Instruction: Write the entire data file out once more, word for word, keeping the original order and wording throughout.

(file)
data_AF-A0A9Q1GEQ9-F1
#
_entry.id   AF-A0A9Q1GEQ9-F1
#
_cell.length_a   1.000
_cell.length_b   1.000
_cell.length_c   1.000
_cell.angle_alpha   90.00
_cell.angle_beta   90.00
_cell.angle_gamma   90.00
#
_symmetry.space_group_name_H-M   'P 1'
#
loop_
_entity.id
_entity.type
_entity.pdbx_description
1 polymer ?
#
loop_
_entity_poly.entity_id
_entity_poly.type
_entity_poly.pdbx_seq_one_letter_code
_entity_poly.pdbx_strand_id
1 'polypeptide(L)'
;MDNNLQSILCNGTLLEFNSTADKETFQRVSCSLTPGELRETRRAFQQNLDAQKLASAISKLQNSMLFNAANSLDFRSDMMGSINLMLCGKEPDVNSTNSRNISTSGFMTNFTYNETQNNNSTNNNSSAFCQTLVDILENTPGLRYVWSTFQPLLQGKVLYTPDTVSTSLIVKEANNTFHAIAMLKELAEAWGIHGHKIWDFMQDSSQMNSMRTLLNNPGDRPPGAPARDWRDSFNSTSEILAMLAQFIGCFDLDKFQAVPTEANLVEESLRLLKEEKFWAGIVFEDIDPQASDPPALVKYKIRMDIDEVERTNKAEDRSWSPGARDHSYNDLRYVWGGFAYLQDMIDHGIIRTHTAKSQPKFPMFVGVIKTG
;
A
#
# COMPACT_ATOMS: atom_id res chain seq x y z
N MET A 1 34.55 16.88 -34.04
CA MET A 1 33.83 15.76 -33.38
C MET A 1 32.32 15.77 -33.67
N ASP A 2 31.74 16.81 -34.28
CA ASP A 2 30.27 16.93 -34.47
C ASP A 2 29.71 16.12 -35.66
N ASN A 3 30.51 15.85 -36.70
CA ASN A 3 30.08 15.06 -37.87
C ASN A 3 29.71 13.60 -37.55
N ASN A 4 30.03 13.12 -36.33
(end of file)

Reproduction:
data_AF-A0A9Q1GEQ9-F1
#
_entry.id   AF-A0A9Q1GEQ9-F1
#
_cell.length_a   1.000
_cell.length_b   1.000
_cell.length_c   1.000
_cell.angle_alpha   90.00
_cell.angle_beta   90.00
_cell.angle_gamma   90.00
#
_symmetry.space_group_name_H-M   'P 1'
#
loop_
_entity.id
_entity.type
_entity.pdbx_description
1 polymer ?
#
loop_
_entity_poly.entity_id
_entity_poly.type
_entity_poly.pdbx_seq_one_letter_code
_entity_poly.pdbx_strand_id
1 'polypeptide(L)'
;MDNNLQSILCNGTLLEFNSTADKETFQRVSCSLTPGELRETRRAFQQNLDAQKLASAISKLQNSMLFNAANSLDFRSDMMGSINLMLCGKEPDVNSTNSRNISTSGFMTNFTYNETQNNNSTNNNSSAFCQTLVDILENTPGLRYVWSTFQPLLQGKVLYTPDTVSTSLIVKEANNTFHAIAMLKELAEAWGIHGHKIWDFMQDSSQMNSMRTLLNNPGDRPPGAPARDWRDSFNSTSEILAMLAQFIGCFDLDKFQAVPTEANLVEESLRLLKEEKFWAGIVFEDIDPQASDPPALVKYKIRMDIDEVERTNKAEDRSWSPGARDHSYNDLRYVWGGFAYLQDMIDHGIIRTHTAKSQPKFPMFVGVIKTG
;
A
#
# COMPACT_ATOMS: atom_id res chain seq x y z
N MET A 1 34.55 16.88 -34.04
CA MET A 1 33.83 15.76 -33.38
C MET A 1 32.32 15.77 -33.67
N ASP A 2 31.74 16.81 -34.28
CA ASP A 2 30.27 16.93 -34.47
C ASP A 2 29.71 16.12 -35.66
N ASN A 3 30.51 15.85 -36.70
CA ASN A 3 30.08 15.06 -37.87
C ASN A 3 29.71 13.60 -37.55
N ASN A 4 30.03 13.12 -36.33